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Sharon Swiatlo and Nevo Zisin in Tel Aviv, October 2014. (YouTube)

As a little kid, Nevo Zisin identified and dressed as a boy. He wore a kippah and suit to synagogue, and went to the boys’ bathroom at school. But there was just one problem: his gender identity was at odds with how he was perceived by others.

“I’ve been trying to tell everyone for years,” Nevo explained earlier this week on the Australian radio program Life Matters, where he was interviewed alongside his mother, Sharon Swiatlo. “People just didn’t listen… I was correcting people if they referred to me as female, which created a lot of hilarious situations with my parents.”

Nevo was bullied at his first school, but eventually found a close group of friends at his Jewish high school, where he became a queer activist. Now 19, Nevo recently returned to his hometown of Melbourne after a gap year in Israel with his youth movement, where he kept a video diary documenting the latest chapter in his transition—hormone therapy. The videos are thoughtful, articulate, and frank, covering everything from Judaism and gender, to youth leadership skills, to the physical and emotional changes brought about by testosterone.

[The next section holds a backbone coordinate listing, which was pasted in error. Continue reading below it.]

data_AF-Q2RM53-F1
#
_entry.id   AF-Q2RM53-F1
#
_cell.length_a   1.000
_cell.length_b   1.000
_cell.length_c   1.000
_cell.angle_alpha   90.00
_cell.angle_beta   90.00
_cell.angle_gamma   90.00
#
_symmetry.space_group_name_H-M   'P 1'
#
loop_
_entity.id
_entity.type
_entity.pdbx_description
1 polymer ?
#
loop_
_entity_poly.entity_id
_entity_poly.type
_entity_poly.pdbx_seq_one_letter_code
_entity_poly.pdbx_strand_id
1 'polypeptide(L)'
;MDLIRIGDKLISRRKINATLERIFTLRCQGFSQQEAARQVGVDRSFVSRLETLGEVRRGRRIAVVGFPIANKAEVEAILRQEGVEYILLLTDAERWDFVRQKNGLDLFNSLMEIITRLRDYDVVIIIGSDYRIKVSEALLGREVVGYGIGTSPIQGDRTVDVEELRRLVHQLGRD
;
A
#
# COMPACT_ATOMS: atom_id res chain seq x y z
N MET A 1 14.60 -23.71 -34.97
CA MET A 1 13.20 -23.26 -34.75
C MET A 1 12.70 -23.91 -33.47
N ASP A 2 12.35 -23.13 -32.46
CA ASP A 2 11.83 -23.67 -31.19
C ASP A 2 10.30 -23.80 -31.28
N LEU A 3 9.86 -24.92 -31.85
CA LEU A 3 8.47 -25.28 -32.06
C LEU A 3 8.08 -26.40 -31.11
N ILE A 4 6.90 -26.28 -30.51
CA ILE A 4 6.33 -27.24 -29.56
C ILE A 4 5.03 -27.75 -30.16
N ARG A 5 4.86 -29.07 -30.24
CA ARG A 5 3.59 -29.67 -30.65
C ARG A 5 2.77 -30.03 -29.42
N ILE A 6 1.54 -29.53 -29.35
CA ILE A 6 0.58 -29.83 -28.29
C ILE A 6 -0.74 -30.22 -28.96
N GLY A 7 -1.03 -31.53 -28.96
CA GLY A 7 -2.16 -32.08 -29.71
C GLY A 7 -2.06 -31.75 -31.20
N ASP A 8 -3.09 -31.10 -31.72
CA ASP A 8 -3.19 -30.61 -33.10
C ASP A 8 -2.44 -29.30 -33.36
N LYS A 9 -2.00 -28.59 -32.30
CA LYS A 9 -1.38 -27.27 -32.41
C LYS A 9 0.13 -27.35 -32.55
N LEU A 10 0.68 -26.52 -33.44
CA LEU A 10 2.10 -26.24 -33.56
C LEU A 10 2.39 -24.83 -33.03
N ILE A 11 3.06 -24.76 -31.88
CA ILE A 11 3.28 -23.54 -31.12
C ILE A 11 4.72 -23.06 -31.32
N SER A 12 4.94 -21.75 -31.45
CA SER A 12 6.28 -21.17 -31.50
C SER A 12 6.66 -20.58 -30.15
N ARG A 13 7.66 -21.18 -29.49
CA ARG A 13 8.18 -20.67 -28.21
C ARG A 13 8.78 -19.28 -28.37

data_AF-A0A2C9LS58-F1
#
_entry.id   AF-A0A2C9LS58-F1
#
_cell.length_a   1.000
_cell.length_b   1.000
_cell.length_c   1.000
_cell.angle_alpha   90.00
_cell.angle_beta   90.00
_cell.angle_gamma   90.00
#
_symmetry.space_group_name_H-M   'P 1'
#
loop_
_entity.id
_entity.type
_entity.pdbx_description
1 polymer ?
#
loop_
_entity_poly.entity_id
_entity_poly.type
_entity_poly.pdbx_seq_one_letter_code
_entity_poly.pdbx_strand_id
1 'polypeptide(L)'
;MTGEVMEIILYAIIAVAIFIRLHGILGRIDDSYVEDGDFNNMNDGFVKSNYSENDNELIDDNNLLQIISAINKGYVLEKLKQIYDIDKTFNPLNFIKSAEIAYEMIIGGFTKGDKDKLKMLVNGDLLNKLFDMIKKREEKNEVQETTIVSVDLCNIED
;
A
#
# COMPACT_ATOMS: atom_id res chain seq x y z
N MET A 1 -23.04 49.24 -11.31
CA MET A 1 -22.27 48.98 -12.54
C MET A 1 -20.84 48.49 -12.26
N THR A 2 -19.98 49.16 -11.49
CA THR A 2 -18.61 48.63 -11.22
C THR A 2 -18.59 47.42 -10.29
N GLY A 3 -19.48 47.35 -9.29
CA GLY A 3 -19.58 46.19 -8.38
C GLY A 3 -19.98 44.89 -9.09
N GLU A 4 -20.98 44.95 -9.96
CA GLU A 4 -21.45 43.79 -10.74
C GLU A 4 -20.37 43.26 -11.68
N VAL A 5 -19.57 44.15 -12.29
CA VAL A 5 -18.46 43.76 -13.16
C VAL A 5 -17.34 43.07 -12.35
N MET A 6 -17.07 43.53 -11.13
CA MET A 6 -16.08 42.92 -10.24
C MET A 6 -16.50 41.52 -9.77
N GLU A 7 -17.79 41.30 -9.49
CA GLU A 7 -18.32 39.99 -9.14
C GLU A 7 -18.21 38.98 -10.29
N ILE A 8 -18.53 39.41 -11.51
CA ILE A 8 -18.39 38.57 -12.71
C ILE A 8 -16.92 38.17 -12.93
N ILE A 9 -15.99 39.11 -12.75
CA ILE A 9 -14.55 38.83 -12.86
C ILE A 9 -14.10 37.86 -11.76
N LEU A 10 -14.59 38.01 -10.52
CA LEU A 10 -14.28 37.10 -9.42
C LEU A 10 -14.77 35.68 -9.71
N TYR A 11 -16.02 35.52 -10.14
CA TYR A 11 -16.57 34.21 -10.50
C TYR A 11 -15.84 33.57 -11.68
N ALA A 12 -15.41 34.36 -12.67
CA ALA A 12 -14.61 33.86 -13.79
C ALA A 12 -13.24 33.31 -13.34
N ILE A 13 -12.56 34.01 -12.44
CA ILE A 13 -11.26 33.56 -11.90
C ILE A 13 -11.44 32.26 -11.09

Nevo’s mother, Sharon, an English and drama teacher, also speaks with honesty and sensitivity about the challenges of parenting a transgender child. Nevo came out to her twice—first as a lesbian, then as male. The second time Sharon was “in complete shock, so much so that I couldn’t even talk about it with him for the first couple of months.” In Nevo’s words, “we shut each other out.”

But over the course of the last few years, the duo have built a strong, loving rapport. What makes their interview so compelling is their mutual honesty and shared sense of empathy. In Nevo’s understanding of his mother’s grief, and Sharon’s understanding of her child’s true identity, there’s a lesson for all of us about compassion and acceptance.

Recently, Nevo’s endocrinologist remarked that Sharon was taking the process in stride—not all of his patients have their parents’ support. “What choice do I have?” Sharon said. “You know, I love my child unconditionally: same person, different package.”

Listen to the full interview here, and watch a Q&A (filmed in Tel Aviv in October 2014) here:

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